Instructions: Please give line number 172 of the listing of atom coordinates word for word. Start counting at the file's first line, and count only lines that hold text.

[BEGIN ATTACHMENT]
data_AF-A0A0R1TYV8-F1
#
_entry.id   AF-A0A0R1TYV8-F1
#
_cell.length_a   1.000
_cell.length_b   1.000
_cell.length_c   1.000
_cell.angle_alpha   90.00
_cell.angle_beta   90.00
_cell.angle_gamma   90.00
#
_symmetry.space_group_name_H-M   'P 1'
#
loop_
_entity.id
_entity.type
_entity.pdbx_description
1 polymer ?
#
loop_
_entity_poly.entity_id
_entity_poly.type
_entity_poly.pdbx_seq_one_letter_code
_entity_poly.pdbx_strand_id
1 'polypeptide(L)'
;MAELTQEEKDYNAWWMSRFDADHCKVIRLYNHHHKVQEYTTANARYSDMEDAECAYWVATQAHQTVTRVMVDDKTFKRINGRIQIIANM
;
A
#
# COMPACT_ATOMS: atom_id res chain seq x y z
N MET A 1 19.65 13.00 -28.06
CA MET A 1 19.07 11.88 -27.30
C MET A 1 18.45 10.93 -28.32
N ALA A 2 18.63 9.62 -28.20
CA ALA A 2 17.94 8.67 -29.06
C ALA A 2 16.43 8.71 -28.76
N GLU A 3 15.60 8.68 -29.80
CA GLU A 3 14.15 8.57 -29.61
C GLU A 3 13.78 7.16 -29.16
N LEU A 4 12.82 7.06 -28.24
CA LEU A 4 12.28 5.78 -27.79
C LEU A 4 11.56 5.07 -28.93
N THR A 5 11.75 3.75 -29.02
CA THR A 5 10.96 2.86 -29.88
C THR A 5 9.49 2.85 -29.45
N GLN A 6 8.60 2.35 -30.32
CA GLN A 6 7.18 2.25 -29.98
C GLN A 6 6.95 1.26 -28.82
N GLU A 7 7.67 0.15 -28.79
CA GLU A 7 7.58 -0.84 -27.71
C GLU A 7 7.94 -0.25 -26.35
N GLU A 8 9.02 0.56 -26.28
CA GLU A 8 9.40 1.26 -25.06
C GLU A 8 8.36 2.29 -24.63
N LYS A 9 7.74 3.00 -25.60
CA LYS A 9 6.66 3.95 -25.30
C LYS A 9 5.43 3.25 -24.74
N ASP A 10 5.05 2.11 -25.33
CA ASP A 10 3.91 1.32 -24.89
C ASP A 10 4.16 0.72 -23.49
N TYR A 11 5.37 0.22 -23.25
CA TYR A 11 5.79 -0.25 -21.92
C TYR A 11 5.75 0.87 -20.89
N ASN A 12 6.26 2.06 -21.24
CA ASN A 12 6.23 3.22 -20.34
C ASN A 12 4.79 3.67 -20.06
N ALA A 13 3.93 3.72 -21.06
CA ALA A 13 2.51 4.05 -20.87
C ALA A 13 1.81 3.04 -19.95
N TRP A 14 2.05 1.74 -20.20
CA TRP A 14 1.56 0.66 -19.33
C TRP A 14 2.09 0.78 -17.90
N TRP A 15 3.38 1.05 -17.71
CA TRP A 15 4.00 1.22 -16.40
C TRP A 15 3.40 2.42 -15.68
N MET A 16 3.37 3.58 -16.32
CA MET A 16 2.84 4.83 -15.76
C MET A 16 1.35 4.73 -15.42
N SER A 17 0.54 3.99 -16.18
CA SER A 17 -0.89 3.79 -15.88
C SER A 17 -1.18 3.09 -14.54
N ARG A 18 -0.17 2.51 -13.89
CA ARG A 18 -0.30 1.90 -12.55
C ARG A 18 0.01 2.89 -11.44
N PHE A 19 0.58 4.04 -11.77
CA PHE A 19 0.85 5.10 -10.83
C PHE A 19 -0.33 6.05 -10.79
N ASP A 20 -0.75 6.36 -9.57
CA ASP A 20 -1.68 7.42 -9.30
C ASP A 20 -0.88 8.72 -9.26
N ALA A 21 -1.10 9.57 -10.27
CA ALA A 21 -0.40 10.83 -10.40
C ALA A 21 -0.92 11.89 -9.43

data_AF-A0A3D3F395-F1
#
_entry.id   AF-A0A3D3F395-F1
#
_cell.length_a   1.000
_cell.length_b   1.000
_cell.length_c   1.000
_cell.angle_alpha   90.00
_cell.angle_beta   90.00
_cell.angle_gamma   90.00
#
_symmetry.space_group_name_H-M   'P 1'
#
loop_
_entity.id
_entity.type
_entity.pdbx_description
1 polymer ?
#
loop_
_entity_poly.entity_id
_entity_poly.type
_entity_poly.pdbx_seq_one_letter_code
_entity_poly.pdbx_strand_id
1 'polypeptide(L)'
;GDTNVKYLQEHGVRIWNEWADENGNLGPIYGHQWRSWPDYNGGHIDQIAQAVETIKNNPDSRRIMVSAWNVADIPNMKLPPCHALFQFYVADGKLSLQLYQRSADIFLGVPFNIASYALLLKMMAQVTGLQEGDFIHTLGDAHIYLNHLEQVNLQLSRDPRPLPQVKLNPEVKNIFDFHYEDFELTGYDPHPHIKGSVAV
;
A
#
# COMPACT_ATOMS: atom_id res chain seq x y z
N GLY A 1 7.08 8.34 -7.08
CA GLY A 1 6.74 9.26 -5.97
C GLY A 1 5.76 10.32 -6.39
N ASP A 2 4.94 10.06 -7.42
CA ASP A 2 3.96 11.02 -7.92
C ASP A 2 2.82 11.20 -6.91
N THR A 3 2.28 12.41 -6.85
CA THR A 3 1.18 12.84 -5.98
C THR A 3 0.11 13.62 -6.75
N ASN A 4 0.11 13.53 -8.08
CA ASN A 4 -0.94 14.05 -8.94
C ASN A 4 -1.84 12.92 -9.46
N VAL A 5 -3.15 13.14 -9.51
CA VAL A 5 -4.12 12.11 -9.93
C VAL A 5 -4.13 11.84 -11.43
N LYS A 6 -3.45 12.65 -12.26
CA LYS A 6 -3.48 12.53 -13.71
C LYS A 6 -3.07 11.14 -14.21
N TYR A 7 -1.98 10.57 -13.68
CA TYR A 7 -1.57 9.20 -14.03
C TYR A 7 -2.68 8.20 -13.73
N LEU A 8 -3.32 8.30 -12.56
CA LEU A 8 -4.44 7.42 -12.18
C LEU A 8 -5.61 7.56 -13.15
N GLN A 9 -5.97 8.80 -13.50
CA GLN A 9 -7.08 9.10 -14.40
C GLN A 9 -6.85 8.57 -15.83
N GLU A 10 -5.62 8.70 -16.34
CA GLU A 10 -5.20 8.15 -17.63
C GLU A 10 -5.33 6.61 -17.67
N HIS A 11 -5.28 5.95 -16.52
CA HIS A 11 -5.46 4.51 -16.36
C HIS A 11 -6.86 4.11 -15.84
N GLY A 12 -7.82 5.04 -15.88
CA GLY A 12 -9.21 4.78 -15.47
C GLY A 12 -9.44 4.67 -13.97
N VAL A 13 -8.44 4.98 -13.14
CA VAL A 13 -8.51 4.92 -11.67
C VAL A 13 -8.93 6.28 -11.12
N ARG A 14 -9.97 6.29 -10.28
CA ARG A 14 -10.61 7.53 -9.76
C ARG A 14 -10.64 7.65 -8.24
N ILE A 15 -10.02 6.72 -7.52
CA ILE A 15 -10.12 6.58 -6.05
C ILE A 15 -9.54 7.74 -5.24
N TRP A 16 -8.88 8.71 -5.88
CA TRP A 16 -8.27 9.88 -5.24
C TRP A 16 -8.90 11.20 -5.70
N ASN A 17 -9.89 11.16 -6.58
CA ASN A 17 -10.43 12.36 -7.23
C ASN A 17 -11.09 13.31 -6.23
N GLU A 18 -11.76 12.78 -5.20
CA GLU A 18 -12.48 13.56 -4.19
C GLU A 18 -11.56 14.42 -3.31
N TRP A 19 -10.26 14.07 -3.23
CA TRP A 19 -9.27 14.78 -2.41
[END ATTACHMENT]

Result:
N ASN A 17 -9.89 11.16 -6.58